India has the world’s sixth largest consumer market with total consumer spending exceeding US$1.3 trillion in 2016. Income and consumer expenditure in India have been rising steadily on the back of the country’s strong economic expansion. However, the majority of the population remains on low incomes and with little wealth while the income gap is also widening:
- In 2016, 96.3% of the country’s population aged 18+ (over 825 million adults) had an annual disposable income below US$10,000 and a net wealth of less than US$20,000;
- This illustrates the high inequality of income and wealth, which has been rising in India. Between 2011 and 2016, India’s Gini index (an index between 0-100% with 0% indicating absolute equality and 100% indicating total inequality) increased from 39.9% to 41.6%, and is set to reach 43.4% in 2030;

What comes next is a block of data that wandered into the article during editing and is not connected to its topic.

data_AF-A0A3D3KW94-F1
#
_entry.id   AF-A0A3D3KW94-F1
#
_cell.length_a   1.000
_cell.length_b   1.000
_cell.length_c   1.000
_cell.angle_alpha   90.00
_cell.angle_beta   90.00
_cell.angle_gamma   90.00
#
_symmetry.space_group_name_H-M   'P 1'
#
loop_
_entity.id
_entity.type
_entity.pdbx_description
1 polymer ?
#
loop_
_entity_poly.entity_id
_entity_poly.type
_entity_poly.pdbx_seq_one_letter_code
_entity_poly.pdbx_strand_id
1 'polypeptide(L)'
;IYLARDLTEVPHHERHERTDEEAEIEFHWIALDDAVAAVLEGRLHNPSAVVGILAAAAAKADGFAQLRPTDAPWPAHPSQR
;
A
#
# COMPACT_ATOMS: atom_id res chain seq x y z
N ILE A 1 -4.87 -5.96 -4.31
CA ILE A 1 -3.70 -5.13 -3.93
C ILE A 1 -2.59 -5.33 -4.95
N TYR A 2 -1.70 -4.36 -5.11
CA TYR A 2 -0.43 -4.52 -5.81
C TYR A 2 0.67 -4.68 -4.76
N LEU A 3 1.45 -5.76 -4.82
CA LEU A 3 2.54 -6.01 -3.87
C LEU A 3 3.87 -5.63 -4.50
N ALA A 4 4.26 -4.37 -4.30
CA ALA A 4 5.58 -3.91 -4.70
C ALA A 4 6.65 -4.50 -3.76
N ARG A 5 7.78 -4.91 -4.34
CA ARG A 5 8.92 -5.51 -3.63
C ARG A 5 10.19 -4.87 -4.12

- The concentration of the population at the low-income low-wealth segment together with rising income inequality means that India’s consumer market is largely defined by the polarisation between the rich and the poor. This will generate opportunities for businesses to serve consumers at both ends of the income distribution. In particular, India’s bottom of the pyramid (BOP) is massive in terms of consumer numbers and, therefore, worth investing in if businesses employ a low-margin high-volume strategy and innovate to make goods and services as affordable as possible. While the lower segment of India’s BOP presents opportunities for the essentials of food and non-alcoholic beverages, the upper segment of its BOP has some potential for discretionary spending on categories such as transport, alcoholic beverages and tobacco, and clothing and footwear.